Common Eye Diseases and Imaging Equipment Used to Detect Them
There are some common eye diseases that can be detected during an annual eye exam. Some of these diseases may affect one’s vision and cause symptoms, and some of them may not affect vision and therefore not cause any symptoms leaving the patient completely unaware that they have an eye disease that may be progressing. Some of these diseases are easily detected by an eye doctor’s view of the retina or optic nerve, and some of these diseases in its early or subtle form require the technology of advanced eye imagining equipment to detect them. The value and advancement of these eye imaging equipment and its role it plays in eye disease detection has taken the eye exam to a very high level. Having the equipment at our disposal and using them to screen every patient during their annual eye exam, has enabled us to confidently say their eyes are healthy and normal.
The Optomap and the OCT (Optical Coherence Tomography) are 2 of the eye imaging equipment we use to screen our patients during their comprehensive eye exam. We use them together because they complement each other. The Optomap produces a wide field image of the surface of the retina, optic nerve, blood vessels and choroid. We look for glaucoma, macular degeneration, retinal tears, retinal detachments, tumors, bleeding from the blood vessels from diseases such as diabetes etc.
The OCT is an ultrasound like device that uses light instead. It splits up the retina and macular into a cross-section of its 10 layers so subtle problems presenting themselves in any of its layers below the surface that may easily be missed by the Optomap or by the doctor’s view, can easily be detected by the OCT image. Think of the retina as a piece of cake. The Optomap views the surface or the icing on the cake while the OCT views the layers of the cake below the icing. In this way, some of these common diseases such as Macular Holes, Diabetic Macular Edema, Vitreo-Macular Traction Syndrome, Choroidal Neo-Vascular Membranes, Central Serous Choroidopathy, Epi-Retinal Membranes etc. that may be more difficult to notice with the Optomap or Doctor’s view can easily be detected by the OCT. In addition, the OCT also images the nerve fiber layer around the optic nerve and the ganglion cell complex in the macular for early glaucoma detection as well as glaucoma disease management and progression.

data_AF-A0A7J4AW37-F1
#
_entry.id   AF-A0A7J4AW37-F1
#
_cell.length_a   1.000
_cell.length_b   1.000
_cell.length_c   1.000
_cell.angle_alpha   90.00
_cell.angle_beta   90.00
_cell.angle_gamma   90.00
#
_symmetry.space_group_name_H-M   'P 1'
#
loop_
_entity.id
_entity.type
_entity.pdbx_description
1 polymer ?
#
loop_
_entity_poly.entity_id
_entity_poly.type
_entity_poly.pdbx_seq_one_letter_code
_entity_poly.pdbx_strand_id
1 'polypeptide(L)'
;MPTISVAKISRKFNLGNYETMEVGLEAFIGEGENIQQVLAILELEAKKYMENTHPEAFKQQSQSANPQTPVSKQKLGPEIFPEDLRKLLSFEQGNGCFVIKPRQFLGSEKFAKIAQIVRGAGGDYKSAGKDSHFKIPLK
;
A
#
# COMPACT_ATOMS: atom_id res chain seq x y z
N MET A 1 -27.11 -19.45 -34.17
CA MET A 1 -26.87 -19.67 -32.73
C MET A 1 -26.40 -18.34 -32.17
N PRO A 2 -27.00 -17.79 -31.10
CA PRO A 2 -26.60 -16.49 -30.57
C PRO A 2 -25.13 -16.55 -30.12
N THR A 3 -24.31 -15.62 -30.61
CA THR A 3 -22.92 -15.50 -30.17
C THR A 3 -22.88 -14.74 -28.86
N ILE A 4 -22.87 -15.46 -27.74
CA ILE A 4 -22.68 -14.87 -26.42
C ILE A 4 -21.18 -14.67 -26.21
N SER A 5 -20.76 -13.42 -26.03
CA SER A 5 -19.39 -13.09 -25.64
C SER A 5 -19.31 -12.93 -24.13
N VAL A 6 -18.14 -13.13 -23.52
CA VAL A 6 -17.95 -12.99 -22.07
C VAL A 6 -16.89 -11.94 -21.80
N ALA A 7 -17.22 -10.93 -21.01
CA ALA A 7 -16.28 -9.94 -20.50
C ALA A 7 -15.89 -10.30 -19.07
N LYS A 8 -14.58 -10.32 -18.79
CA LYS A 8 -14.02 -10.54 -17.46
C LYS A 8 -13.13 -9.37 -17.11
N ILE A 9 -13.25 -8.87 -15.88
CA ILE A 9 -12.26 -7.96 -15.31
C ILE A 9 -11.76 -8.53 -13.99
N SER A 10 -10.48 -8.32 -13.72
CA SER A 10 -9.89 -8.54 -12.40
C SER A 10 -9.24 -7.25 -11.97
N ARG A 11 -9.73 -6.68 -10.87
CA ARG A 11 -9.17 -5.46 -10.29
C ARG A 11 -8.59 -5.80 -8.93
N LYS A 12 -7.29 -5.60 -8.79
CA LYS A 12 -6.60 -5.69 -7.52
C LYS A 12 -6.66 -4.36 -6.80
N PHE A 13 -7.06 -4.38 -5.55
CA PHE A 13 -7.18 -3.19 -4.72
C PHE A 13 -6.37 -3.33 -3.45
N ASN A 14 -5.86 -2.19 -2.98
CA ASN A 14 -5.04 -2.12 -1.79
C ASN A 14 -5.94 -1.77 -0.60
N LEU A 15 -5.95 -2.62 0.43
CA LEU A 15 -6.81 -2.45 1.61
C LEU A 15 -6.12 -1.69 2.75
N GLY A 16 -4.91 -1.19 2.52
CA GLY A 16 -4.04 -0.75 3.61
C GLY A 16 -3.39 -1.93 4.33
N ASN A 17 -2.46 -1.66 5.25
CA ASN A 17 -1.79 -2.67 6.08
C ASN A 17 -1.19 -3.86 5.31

COMMON EYE DISEASES:
Cataracts: Cataracts occur when the lens inside our eyes become cloudy as a result of the natural aging process of our eyes. They do affect our vision causing blurry, cloudy vision as well as glare. They are detected by a dilated exam. OCT and Optomap are not needed to detect them. Surgery is indicated when reduced vision starts to affect one’s daily activities. The surgeon removes the cloudy lens and replaces it with an intra- ocular lens implant thereby restoring vision.
Glaucoma: Glaucoma also known as the silent thief of sight occurs when the nerve cells and ganglion cells that form the axons of our optic nerves start to die off due to a pressure in the eye that the eye cannot withstand. Advanced stage glaucoma can easily be detected by the doctor’s view of the optic nerve. Early stage glaucoma is best detected by OCT imaging of the nerve fiber layer and ganglion cell complex as well as other tests such as visual field testing. Glaucoma initially does not affect central vision and therefore this type of glaucoma presents no symptoms to the patient. It affects our side vision very slowly and progressively and eventually may advance towards our central vision as the disease progresses. Glaucoma is usually detected at an eye exam and treated with drops to slow down further vision loss. OCT imaging is important to manage and monitor for change and progression of this disease.